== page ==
The invention summarized above comprises the constructions hereinafter described, the scope of the invention being indicated by the subjoined claims.
In the accompanying drawings corresponding reference characters refer to corresponding parts throughout the several views of the drawings in which one of various possible embodiments of the invention is illustrated:
FIG. 1 is a rear elevational view of a folding finger wheel V-rake with a plurality of rake arm assemblies in accordance with the present invention installed on right and left movable heads;
FIG. 2 is a rear perspective view of the rake arm assembly with the finger wheel spindle and hub shown in full lines and the finger wheel in broken lines;
FIG. 3 is a top view of the rake arm assembly; and,
FIG. 4 is a rear side view of the rake arm assembly.
Referring to the drawings more particularly by reference character, reference numeral 10 refers to a folding finger wheel V-rake with a plurality of rake arm assemblies 12 in accordance with the present invention. While rake arm assembly 12 is illustrated in use with a V-rake, it will be understood that it can be used with a side delivery rake consisting of a single frame with a plurality of finger wheels, including a side delivery rake with three-point attachment.
In the form illustrated in FIG. 1, rake 10 has a carrier 14 mounted on pneumatic tires 16 and adapted to be towed by a tractor by means of a tongue 18. A pair of movable heads 20 are mounted on the right and left hand side of carrier 14. On each moveable head 20 there is a support frame 22 that carries a plurality of finger wheels 24 mounted on rake arm assemblies 12.
Turning now to FIGS. 2-4, rake arm assembly 12 in major part includes a shaft 26 journaled to support frame 22, a rake arm 28 upon which is mounted finger wheel 24, a crank arm 30 and a torsion spring 32. As shown in the drawings, shaft 26 is journaled in a spindle tube 34 welded to the underside of support frame 22. Tube 34 is set at an angle to a long axis of support frame 22, sloped in the direction of travel, the industry standard being about 10 degrees from perpendicular. A bushing, preferably Teflon coated and resistant to deformation on standing over the winter, may be provided in tube 34.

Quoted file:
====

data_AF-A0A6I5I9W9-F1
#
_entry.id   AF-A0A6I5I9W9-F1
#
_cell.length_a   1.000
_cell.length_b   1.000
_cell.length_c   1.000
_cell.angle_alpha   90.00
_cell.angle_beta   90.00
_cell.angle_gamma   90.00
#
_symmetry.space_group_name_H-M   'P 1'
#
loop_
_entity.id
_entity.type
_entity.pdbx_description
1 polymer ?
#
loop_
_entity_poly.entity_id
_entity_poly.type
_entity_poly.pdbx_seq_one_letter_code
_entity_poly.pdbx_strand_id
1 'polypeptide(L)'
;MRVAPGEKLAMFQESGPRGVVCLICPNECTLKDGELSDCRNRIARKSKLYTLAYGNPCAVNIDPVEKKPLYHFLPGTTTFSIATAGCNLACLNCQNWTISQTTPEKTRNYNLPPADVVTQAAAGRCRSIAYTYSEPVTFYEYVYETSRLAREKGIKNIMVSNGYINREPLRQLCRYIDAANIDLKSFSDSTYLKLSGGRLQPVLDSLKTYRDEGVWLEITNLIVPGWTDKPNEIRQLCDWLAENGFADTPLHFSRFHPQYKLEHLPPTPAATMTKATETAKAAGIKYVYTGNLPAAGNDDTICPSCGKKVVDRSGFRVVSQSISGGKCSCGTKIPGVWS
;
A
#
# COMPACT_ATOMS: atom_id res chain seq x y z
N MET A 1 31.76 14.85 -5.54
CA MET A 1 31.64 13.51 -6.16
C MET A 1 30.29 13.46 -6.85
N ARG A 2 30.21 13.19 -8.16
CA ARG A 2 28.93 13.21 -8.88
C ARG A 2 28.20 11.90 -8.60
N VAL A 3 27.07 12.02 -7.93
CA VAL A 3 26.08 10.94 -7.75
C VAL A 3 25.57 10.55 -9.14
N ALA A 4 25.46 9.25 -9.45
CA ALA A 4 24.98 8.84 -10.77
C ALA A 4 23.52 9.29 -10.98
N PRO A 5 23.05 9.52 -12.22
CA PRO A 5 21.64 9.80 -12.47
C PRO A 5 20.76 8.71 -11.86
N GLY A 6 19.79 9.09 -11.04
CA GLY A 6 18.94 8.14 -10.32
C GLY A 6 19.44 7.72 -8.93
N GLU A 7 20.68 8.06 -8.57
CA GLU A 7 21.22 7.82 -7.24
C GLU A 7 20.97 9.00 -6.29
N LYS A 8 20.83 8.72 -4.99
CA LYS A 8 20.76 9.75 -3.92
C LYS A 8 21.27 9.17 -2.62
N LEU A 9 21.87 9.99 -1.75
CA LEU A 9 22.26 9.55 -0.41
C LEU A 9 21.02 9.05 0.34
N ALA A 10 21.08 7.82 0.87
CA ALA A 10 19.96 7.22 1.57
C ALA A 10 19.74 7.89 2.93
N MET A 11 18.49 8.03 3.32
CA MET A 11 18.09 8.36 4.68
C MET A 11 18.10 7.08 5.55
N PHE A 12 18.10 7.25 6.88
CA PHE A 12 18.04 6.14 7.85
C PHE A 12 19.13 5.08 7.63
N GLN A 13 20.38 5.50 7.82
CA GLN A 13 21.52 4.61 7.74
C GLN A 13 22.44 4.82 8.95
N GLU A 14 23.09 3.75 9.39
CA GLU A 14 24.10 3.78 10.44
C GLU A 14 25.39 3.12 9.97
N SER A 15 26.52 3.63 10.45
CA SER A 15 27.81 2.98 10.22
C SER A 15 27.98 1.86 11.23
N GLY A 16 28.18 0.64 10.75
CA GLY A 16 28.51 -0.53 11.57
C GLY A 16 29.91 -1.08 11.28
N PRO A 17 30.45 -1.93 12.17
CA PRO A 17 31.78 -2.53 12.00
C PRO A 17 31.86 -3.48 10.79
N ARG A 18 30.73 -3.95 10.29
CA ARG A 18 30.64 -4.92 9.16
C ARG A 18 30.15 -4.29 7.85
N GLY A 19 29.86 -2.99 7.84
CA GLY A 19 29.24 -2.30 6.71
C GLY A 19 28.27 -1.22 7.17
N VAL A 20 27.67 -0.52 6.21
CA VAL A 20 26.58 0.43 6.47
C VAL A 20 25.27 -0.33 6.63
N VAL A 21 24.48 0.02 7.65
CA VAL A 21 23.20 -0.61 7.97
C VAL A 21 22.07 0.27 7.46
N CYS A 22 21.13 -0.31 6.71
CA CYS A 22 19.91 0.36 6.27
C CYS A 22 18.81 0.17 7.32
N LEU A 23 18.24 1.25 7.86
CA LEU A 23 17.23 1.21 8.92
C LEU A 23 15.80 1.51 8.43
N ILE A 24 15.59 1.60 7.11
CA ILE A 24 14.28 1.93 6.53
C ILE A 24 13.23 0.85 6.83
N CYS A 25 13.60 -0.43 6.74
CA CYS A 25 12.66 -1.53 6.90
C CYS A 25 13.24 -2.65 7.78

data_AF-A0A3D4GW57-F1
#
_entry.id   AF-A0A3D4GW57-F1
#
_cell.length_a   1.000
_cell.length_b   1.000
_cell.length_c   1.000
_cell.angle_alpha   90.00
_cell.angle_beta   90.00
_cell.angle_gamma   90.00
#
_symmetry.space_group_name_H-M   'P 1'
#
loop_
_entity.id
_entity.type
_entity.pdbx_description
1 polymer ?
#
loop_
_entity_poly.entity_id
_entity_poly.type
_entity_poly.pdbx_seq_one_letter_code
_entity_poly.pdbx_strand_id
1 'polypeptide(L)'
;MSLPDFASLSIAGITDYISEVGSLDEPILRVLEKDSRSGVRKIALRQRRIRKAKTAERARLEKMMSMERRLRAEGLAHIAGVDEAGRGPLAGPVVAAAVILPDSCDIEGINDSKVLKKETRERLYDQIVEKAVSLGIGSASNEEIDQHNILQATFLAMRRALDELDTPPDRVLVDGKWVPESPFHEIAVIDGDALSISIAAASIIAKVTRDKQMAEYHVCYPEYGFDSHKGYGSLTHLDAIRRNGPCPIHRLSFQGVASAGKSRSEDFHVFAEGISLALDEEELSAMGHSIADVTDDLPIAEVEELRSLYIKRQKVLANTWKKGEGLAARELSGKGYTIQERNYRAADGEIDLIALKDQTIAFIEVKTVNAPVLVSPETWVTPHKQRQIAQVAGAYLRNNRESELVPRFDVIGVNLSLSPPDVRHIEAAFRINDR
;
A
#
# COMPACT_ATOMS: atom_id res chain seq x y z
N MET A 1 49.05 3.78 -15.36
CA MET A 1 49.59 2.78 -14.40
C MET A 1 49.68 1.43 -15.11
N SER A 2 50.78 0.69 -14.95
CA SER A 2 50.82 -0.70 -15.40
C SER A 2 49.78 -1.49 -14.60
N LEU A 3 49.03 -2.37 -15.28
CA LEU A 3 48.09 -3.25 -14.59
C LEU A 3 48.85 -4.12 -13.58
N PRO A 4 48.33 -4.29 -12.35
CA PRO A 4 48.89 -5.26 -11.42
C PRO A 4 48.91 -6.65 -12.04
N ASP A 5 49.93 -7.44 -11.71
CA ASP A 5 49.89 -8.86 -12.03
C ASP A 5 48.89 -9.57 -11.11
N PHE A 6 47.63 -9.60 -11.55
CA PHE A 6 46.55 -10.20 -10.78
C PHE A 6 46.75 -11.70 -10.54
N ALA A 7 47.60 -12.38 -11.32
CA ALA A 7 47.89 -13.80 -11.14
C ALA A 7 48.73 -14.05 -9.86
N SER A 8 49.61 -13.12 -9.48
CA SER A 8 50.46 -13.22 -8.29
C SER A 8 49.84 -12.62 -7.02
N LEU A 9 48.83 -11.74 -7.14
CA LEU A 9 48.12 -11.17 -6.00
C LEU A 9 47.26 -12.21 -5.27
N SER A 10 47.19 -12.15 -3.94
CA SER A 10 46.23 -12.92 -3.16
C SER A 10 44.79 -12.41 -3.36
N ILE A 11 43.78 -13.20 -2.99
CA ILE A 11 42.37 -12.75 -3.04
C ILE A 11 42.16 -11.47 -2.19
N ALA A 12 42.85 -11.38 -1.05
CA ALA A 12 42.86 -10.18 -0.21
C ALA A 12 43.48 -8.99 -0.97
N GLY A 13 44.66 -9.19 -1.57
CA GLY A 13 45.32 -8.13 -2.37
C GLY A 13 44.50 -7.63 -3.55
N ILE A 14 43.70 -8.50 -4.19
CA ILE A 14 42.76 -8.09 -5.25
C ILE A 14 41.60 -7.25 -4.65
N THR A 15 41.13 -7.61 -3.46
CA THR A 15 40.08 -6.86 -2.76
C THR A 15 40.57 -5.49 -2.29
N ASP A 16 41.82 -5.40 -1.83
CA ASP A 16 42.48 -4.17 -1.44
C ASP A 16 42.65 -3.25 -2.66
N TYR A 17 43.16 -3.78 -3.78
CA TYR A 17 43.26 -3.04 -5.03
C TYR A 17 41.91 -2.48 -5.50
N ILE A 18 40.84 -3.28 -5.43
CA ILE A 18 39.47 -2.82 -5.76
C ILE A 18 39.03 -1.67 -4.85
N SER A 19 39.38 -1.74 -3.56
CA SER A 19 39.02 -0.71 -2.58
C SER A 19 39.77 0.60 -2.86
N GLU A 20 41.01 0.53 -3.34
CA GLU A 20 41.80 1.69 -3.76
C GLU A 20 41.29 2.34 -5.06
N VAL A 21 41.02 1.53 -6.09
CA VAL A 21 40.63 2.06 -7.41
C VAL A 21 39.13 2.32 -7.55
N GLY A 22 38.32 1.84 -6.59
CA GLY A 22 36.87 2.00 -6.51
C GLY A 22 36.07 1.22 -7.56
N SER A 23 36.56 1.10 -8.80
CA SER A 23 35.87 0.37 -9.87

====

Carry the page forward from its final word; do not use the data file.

Shaft 26 has first and second ends 36, 38, respectively, first end 36 making right angled attachment to rake arm 28 and second end 38 to crank arm 30. First end 36 of shaft 26 may be welded to rake arm 28 since it need not be disassembled in use, while second end 38, as best seen in FIGS. 2 and 4, is preferably attached to one end of crank arm 30 with a key 40 held in place with a set screw 42.
Rake arm 28 has first and second ends 44, 46, respectively, first end 44, as aforementioned, is attached to first end 36 of shaft 26. Second end 46 is adapted for mounting a wheel axle 48 of finger wheel 24 parallel with shaft 26, one such possible arrangement being shown in the drawings. Rake arm 28, when viewed from above as in FIG. 3, has a relaxed Z-shape with legs 50 and spine 52. Legs 50 make the same but opposite angle as tube 34 with respect to the long axis of support frame 22 and spine 52 angles away so that finger wheels run parallel and overlap with each other but do not hit.
Torsion spring 32 is provided on shaft 26 between crank arm 30 and support frame 22. Torsion spring 32 is a closed coil helical spring with first and second ends 56, 58, respectively, designed to provide a torque when load is exerted on the ends. As shown in FIG. 2, torsion spring 32 is wound clockwise for use on support frame 22 mounted on the left side of carrier 14. It will be readily appreciated that rake arm assembly 12 on the right side of carrier 14 is of opposite hand and torsion springs are, accordingly wound counterclockwise.
First end 56 of torsion spring 32 is attached to support frame 22 and second end 58 is attached to crank arm 30 distal its attachment to shaft 26. In simple form, first and second ends 56, 58 are received in holes provided in the frame and crank arm for that purpose. First end 56 resists the twisting forces applied by the spring to rake arm 28. To adjust the applied load, an adjustment bracket 60 is attached to support frame 22 and spindle tube 34. As best seen in FIG. 4, adjustment bracket 60 has a plurality of holes, the highest hole giving the least support to rake arm 28, while the lowest hole provides the most support, as might be suitable for raking something light and fluffy, like wheat straw. Adjustment of first end 56 of torsion spring 32 in bracket 60 is made by releasing set screw 42 and removing key 40, freeing the spring from crank arm 30. First end 56 of torsion spring 32 can then be removed from bracket 60 and reinserted in a selected hole, followed by insertion of second end 58 in crank arm 30 and reattachment of the crank arm on shaft 26.